Medical Treatment for Death Row Inmates


#1

It does not make sense to me that a person who is scheduled to be executed, will receive medical treatment that will save that person’s life. I do not think we should be barbarians, but someitmes it reaches the point of absurdity. I read stories of death row inmates receiving expensive dialysis treatments and organ donations. Some people even commit crimes because they can not afford medical insurance, and need to have expensive medical procedures done.


#2

They recieve medical treatment, first of all, because it is the humane thing to do.

Secondly, they have the potential of having their sentence be communted. A communtation does not do any good if they died the previous night from a heart attack and no one offered them CPR.


#3

You never know when they will be granted an appeal - and win!


#4

I am well aware that witholding medical treatment could leead to abuses. In China, they kill prisoners for minor crimes just so they can sell their organs.

From the Catholic Catechism it is not immoral for a person to be removed from a life support machine, or to refuse cancer treatments because such methods are considered “extraordinary means”, and they do not guarantee recovery; they may or may not extend life. Families do sign DNR orders in hospitals for patients that are terminally ill. The dialysis example that I used previously was probably a poor example.

If a death row inmate is guilty; is scheduled for execution, and is not going to receive clemency; what would be the harm in letting that patient die of a heart attack the night before?

He is scheduled to be killed anyway. CPR does not work 100% of the time. Both God and Jesus said that governments have the right to kill the guilty. The catechism states that Catholics do not need to undergo “extraordinary means” to extend their lives when they have a terminal condition.

Would it be that wrong to not give prisoners medical treatments that are “extraordinary means”?


#5

This question could be expanded to include the giving of food and water. At its most basic level, food is simply something used by the body to sustain life. I do not think we should deprive them of reasonable medical treatment anymore than we should deprive them of food,

The question is then: What constitutes reasonable medical treatment?


#6

[quote=Brendan]They recieve medical treatment, first of all, because it is the humane thing to do.

Secondly, they have the potential of having their sentence be communted. A communtation does not do any good if they died the previous night from a heart attack and no one offered them CPR.
[/quote]

Excellant point…I agree.


#7

Should death row inmates be allowed to jump to the head of the line when organ donations become available? That is what happens in some states.

If they have some kind of terminal illness that has a very low success rate with treatment, should they receive that treatment?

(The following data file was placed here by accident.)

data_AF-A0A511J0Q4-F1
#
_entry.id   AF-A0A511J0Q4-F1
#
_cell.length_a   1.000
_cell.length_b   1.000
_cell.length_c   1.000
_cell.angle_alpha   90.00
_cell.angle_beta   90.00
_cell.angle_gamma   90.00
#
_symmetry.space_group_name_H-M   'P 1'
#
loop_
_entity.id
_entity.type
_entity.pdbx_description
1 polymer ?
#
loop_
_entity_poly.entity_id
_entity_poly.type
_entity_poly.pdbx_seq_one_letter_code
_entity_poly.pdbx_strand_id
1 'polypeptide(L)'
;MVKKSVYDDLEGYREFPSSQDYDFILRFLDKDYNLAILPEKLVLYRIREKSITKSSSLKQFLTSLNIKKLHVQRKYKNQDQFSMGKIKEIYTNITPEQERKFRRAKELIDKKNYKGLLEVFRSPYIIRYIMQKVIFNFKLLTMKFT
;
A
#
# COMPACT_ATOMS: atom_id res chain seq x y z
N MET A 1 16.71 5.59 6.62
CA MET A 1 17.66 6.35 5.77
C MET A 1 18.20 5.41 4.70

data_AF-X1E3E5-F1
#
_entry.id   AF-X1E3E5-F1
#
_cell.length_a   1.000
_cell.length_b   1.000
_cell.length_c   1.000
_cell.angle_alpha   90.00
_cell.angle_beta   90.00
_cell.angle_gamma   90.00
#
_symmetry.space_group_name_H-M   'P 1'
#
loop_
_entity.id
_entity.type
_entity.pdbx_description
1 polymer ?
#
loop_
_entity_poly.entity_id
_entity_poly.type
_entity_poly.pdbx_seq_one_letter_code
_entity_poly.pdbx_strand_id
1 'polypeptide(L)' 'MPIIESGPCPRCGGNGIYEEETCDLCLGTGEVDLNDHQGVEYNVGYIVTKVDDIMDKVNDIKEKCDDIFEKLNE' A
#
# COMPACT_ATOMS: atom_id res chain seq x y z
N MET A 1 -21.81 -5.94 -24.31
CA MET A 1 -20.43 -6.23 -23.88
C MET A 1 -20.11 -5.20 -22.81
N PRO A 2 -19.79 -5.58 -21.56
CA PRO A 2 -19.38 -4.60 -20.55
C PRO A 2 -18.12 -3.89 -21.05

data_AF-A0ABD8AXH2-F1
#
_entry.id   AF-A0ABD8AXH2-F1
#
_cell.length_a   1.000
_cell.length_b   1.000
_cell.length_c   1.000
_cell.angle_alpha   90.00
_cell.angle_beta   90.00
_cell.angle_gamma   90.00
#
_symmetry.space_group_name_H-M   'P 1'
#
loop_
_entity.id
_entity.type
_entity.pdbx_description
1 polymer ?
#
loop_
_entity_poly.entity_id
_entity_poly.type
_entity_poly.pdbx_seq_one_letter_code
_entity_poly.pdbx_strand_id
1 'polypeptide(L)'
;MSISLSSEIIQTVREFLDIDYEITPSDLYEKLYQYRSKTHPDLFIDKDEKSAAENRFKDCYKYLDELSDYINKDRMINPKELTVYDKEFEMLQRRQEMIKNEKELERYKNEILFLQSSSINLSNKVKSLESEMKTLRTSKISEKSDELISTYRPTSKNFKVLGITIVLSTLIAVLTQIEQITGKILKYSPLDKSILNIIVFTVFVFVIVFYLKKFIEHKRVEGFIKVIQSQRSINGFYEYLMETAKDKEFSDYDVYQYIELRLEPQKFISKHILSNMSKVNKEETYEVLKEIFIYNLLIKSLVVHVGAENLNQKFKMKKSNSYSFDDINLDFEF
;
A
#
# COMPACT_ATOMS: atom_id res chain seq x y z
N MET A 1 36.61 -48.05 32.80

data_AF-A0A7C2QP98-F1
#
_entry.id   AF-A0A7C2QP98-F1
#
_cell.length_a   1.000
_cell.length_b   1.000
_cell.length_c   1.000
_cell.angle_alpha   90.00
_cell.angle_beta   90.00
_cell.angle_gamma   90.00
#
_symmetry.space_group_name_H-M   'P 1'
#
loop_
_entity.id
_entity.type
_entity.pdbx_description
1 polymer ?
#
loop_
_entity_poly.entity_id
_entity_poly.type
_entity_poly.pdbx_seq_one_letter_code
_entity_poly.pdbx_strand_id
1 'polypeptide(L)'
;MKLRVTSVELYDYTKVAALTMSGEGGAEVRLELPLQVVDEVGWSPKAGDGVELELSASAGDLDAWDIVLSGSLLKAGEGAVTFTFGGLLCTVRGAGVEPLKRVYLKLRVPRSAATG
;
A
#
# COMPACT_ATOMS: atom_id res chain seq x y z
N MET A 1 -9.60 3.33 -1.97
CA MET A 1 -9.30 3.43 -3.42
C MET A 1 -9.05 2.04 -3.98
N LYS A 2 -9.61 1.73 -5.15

#8

[quote=epower]Should death row inmates be allowed to jump to the head of the line when organ donations become available? That is what happens in some states.

If they have some kind of terminal illness that has a very low success rate with treatment, should they receive that treatment?
[/quote]

My understanding is that organs are distributed by a central agency called UNOS (United Network for/of? Organ Sharing) which tries to be sure that the organ will go to the person who needs it most but who will also get the highest and best use out of it. So waiting lists have a ranking. Length of time is one criteria, but other issues are also considered such as age, medical history (iow don’t give liver transplants to alcoholics over non-alcoholics). I’d be VERY surprised that any inmate would 'jump to the top of the list…"

Since most inmates are on state medical plans, there is often a withholding of experimental or deemed ineffective treatment. Quite honestly many insurance companies also refuse to pay for these treatments. So someone that wants a stem cell transplant where it has not been found effective will have to pay for the treatment directly. I cannot imagine that inmates would be able to raise sufficient funds if a treatment was not payable under state guidelines.

Lisa N


#9

Aren’t we supposed to value all life?


#10

Dear friends

:confused: Why would America worry about health treatment when they are prepared to kill people?

I don’t believe there should be a death penalty, it gives no room for remorse and the death sentence is the justice of men and not the justice and mercy of God.

God Bless you and much love and peace to you

Teresa


#11

I definately think that they should get medical treatment–we do have an obligation to give that to everyone.

However, I always thought it was humerous that they would swab where they do the injection with an alcohol wipe. It still falls under the same principles of providing medical care, but it always struck me as a bit funny.


#12

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